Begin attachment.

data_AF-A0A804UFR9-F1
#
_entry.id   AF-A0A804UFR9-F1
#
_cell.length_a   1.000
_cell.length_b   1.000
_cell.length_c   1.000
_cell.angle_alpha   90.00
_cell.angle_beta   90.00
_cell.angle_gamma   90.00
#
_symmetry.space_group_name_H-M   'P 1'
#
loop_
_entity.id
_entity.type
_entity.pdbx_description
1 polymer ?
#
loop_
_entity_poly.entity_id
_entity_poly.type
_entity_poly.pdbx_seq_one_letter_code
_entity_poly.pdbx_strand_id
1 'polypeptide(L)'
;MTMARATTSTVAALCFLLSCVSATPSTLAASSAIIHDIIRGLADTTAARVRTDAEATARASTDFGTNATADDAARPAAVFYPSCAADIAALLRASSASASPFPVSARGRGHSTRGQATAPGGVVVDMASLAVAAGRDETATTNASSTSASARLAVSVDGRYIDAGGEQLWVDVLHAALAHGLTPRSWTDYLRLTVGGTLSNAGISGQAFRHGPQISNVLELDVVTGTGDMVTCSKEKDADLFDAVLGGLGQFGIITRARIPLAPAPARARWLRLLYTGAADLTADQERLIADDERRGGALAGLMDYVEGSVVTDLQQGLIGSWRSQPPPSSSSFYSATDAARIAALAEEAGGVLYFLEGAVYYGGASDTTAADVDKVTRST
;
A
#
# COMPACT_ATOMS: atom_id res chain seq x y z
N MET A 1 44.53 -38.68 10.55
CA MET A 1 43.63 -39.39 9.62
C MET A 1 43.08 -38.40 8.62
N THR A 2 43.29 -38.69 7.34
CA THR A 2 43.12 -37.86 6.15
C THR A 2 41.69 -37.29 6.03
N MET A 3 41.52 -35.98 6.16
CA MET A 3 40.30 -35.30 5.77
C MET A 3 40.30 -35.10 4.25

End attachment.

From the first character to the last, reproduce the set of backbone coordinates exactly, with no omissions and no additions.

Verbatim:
data_AF-A0A804UFR9-F1
#
_entry.id   AF-A0A804UFR9-F1
#
_cell.length_a   1.000
_cell.length_b   1.000
_cell.length_c   1.000
_cell.angle_alpha   90.00
_cell.angle_beta   90.00
_cell.angle_gamma   90.00
#
_symmetry.space_group_name_H-M   'P 1'
#
loop_
_entity.id
_entity.type
_entity.pdbx_description
1 polymer ?
#
loop_
_entity_poly.entity_id
_entity_poly.type
_entity_poly.pdbx_seq_one_letter_code
_entity_poly.pdbx_strand_id
1 'polypeptide(L)'
;MTMARATTSTVAALCFLLSCVSATPSTLAASSAIIHDIIRGLADTTAARVRTDAEATARASTDFGTNATADDAARPAAVFYPSCAADIAALLRASSASASPFPVSARGRGHSTRGQATAPGGVVVDMASLAVAAGRDETATTNASSTSASARLAVSVDGRYIDAGGEQLWVDVLHAALAHGLTPRSWTDYLRLTVGGTLSNAGISGQAFRHGPQISNVLELDVVTGTGDMVTCSKEKDADLFDAVLGGLGQFGIITRARIPLAPAPARARWLRLLYTGAADLTADQERLIADDERRGGALAGLMDYVEGSVVTDLQQGLIGSWRSQPPPSSSSFYSATDAARIAALAEEAGGVLYFLEGAVYYGGASDTTAADVDKVTRST
;
A
#
# COMPACT_ATOMS: atom_id res chain seq x y z
N MET A 1 44.53 -38.68 10.55
CA MET A 1 43.63 -39.39 9.62
C MET A 1 43.08 -38.40 8.62
N THR A 2 43.29 -38.69 7.34
CA THR A 2 43.12 -37.86 6.15
C THR A 2 41.69 -37.29 6.03
N MET A 3 41.52 -35.98 6.16
CA MET A 3 40.30 -35.30 5.77
C MET A 3 40.30 -35.10 4.25